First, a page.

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Monday, May 24, 2004

On President Bush's speech:

I thought President Bush laid out the facts as they needed to be. He mentioned the five steps to "helping Iraq achieve democracy and freedom." These steps are as follows:

We will hand over authority to a sovereign Iraqi government, help establish security, continue rebuilding Iraq's infrastructure, encourage more international support, and move toward a national election that will bring forward new leaders empowered by the Iraqi people.

John Kerry has been accusing the President of lacking any vision on how to turn over the government of Iraq to the Iraqis. The above steps are exactly that - a vision.

The President also told us that there will likely be "more violence before the transfer of sovereignty, and after the transfer of sovereignty. The terrorists and Saddam loyalists would rather see many Iraqis die than have any live in freedom." Again, the president needed to be forthright and say so. No one should have expected a cakewalk, and it should be projected that our leaders don't expect that either. I think President Bush did so in this speech.

The President ended with a sense of purpose:

These two visions -- one of tyranny and murder, the other of liberty and life -- clashed in Afghanistan. And thanks to brave U.S. and coalition forces and to Afghan patriots, the nightmare of the Taliban is over, and that nation is coming to life again. These two visions have now met in Iraq, and are contending for the future of that country. The failure of freedom would only mark the beginning of peril and violence. But, my fellow Americans, we will not fail. We will persevere, and defeat this enemy, and hold this hard-won ground for the realm of liberty.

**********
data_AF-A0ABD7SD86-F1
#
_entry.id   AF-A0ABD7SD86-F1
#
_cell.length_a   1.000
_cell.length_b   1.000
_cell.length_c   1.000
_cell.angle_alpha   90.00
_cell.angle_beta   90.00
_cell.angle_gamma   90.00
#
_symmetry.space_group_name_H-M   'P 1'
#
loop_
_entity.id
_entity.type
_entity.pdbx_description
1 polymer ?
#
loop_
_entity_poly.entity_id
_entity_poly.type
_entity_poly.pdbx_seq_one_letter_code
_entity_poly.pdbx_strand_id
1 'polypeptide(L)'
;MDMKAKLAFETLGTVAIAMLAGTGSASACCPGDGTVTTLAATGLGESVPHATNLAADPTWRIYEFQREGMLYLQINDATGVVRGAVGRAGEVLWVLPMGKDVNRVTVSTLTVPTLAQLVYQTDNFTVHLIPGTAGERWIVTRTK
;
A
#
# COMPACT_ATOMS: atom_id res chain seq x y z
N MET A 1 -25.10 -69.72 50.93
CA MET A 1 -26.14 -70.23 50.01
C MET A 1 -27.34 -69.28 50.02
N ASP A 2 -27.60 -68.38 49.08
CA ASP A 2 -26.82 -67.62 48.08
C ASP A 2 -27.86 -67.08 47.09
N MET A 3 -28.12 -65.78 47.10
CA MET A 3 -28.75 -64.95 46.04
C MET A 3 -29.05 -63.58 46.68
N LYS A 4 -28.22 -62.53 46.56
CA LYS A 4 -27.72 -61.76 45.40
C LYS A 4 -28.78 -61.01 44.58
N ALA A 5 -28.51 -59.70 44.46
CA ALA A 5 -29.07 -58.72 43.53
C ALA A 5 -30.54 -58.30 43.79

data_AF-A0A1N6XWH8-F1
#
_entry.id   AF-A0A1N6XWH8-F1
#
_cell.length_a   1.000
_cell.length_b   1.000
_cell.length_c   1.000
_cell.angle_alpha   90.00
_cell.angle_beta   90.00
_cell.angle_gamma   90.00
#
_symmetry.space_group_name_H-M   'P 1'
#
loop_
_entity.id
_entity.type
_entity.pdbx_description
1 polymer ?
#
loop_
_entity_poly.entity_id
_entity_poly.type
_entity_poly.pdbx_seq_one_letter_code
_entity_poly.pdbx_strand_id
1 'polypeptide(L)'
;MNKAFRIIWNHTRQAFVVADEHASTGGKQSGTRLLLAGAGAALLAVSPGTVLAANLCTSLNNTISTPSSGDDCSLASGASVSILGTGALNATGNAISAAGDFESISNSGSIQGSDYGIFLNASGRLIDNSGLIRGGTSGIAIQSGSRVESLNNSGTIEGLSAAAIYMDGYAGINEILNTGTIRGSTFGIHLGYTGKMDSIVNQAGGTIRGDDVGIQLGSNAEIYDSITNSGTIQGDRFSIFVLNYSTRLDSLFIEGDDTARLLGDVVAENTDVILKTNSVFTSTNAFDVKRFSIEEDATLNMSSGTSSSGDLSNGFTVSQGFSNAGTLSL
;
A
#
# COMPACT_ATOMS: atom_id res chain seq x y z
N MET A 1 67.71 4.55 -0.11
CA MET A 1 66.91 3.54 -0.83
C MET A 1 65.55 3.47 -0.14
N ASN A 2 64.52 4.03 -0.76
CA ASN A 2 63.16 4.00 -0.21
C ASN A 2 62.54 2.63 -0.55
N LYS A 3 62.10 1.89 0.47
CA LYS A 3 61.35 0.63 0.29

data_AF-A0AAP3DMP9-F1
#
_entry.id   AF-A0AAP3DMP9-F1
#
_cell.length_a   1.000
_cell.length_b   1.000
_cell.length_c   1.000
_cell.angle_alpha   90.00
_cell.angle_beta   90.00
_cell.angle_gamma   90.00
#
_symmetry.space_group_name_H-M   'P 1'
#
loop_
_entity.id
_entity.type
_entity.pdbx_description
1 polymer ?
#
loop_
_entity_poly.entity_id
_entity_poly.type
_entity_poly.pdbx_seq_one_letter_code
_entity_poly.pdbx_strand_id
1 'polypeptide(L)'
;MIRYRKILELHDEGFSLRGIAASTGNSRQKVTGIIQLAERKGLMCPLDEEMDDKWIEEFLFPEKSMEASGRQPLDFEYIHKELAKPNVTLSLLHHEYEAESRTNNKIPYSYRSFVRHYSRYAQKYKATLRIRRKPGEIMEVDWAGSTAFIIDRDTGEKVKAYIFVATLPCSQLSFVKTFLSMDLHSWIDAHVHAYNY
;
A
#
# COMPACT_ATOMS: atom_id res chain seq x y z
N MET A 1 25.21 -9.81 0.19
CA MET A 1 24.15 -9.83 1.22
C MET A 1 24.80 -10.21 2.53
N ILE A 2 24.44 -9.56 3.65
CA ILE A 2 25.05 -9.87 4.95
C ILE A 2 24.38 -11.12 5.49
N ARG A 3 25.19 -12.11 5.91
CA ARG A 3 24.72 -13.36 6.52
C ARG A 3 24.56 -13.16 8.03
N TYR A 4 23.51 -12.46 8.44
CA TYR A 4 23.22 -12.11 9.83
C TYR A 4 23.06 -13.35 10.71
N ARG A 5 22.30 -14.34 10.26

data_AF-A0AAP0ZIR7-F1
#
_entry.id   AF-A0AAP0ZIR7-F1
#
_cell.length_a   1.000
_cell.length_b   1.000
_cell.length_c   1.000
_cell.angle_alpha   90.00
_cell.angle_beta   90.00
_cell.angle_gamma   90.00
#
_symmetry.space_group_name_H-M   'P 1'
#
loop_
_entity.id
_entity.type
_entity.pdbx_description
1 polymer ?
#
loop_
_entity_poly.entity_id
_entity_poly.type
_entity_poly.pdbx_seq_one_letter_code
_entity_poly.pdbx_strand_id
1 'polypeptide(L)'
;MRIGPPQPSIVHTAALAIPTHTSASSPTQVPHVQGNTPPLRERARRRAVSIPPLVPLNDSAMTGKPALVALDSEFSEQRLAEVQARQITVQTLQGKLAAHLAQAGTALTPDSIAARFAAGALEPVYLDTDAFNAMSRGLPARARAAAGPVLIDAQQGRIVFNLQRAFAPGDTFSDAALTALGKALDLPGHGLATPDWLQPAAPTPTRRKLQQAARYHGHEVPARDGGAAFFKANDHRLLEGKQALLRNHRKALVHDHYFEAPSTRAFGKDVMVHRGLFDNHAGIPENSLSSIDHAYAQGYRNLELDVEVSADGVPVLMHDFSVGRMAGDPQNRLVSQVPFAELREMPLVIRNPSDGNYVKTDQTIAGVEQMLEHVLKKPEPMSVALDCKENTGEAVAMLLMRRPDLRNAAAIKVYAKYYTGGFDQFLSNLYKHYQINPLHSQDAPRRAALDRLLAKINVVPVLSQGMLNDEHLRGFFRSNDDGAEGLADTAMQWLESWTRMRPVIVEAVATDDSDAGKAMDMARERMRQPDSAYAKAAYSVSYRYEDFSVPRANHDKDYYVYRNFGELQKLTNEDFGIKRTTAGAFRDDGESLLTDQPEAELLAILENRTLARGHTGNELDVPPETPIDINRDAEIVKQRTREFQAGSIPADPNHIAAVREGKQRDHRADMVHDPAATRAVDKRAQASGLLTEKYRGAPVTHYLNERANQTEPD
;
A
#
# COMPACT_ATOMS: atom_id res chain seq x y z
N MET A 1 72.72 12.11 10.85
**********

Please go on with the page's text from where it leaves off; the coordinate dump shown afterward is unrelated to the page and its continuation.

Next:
After all was said and done, I was happy with the speech. However, here is my main objection. The mantra of "liberty and life", the outlines of the successes there, and the moral imperative of the war on terrorism need not be spoken only once per new moon. The president needs to be out there, every day, telling us what is going on, when it is happening, and why it is happening. He needs to emphasize the good that is going on in Iraq - comments such as these:

In preparation for sovereignty, many functions of government have already been transferred. Twelve government ministries are currently under the direct control of Iraqis. The Ministry of Education, for example, is out of the propaganda business, and is now concerned with educating Iraqi children. Under the direction of Dr. Ala'din al-Alwan, the Ministry has trained more than 30,000 teachers and supervisors for the schools of a new Iraq.

All along, some have questioned whether the Iraqi people are ready for self-government, or even want it. And all along, the Iraqi people have given their answer. In settings where Iraqis have met to discuss their country's future, they have endorsed representative government. And they are practicing representative government. Many of Iraq's cities and towns now have elected town councils or city governments - and beyond the violence, a civil society is emerging.

God knows the press isn't going to.

His critics are vocal, and many. If the President so believes in this mission, then he needs to proclaim it from the mountain tops. Such proclamations need to drown out the opportunism of the Kerrys and the vitriole of the Michael Moores. This speech was a good beginning, but it needs to be repeated and reinforced.


.: posted by Dave 9:39 PM

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